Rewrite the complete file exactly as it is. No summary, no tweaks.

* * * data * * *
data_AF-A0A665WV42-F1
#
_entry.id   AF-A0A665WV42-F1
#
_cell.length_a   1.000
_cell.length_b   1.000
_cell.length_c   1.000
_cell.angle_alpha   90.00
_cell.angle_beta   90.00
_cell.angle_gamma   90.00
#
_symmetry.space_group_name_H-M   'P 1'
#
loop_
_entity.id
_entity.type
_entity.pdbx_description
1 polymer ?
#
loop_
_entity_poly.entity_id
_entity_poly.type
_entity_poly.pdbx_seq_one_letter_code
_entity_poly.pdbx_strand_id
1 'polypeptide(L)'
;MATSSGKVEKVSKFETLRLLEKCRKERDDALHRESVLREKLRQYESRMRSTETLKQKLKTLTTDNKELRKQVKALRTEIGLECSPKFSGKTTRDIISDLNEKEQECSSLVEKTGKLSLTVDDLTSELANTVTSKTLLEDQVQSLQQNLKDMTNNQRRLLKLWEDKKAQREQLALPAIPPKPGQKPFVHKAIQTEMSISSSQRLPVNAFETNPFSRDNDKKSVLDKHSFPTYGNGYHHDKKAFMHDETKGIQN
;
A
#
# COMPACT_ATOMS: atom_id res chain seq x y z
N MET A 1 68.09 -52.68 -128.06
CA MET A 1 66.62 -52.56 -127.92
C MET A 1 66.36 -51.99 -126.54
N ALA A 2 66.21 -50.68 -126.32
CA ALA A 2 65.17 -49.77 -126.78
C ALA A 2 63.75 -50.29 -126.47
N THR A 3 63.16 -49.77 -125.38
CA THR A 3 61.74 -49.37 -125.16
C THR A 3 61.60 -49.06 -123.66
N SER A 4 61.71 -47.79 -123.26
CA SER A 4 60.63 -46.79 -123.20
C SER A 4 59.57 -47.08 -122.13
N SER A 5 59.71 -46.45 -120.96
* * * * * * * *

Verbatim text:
data_AF-A0A665WV42-F1
#
_entry.id   AF-A0A665WV42-F1
#
_cell.length_a   1.000
_cell.length_b   1.000
_cell.length_c   1.000
_cell.angle_alpha   90.00
_cell.angle_beta   90.00
_cell.angle_gamma   90.00
#
_symmetry.space_group_name_H-M   'P 1'
#
loop_
_entity.id
_entity.type
_entity.pdbx_description
1 polymer ?
#
loop_
_entity_poly.entity_id
_entity_poly.type
_entity_poly.pdbx_seq_one_letter_code
_entity_poly.pdbx_strand_id
1 'polypeptide(L)'
;MATSSGKVEKVSKFETLRLLEKCRKERDDALHRESVLREKLRQYESRMRSTETLKQKLKTLTTDNKELRKQVKALRTEIGLECSPKFSGKTTRDIISDLNEKEQECSSLVEKTGKLSLTVDDLTSELANTVTSKTLLEDQVQSLQQNLKDMTNNQRRLLKLWEDKKAQREQLALPAIPPKPGQKPFVHKAIQTEMSISSSQRLPVNAFETNPFSRDNDKKSVLDKHSFPTYGNGYHHDKKAFMHDETKGIQN
;
A
#
# COMPACT_ATOMS: atom_id res chain seq x y z
N MET A 1 68.09 -52.68 -128.06
CA MET A 1 66.62 -52.56 -127.92
C MET A 1 66.36 -51.99 -126.54
N ALA A 2 66.21 -50.68 -126.32
CA ALA A 2 65.17 -49.77 -126.78
C ALA A 2 63.75 -50.29 -126.47
N THR A 3 63.16 -49.77 -125.38
CA THR A 3 61.74 -49.37 -125.16
C THR A 3 61.60 -49.06 -123.66
N SER A 4 61.71 -47.79 -123.26
CA SER A 4 60.63 -46.79 -123.20
C SER A 4 59.57 -47.08 -122.13
N SER A 5 59.71 -46.45 -120.96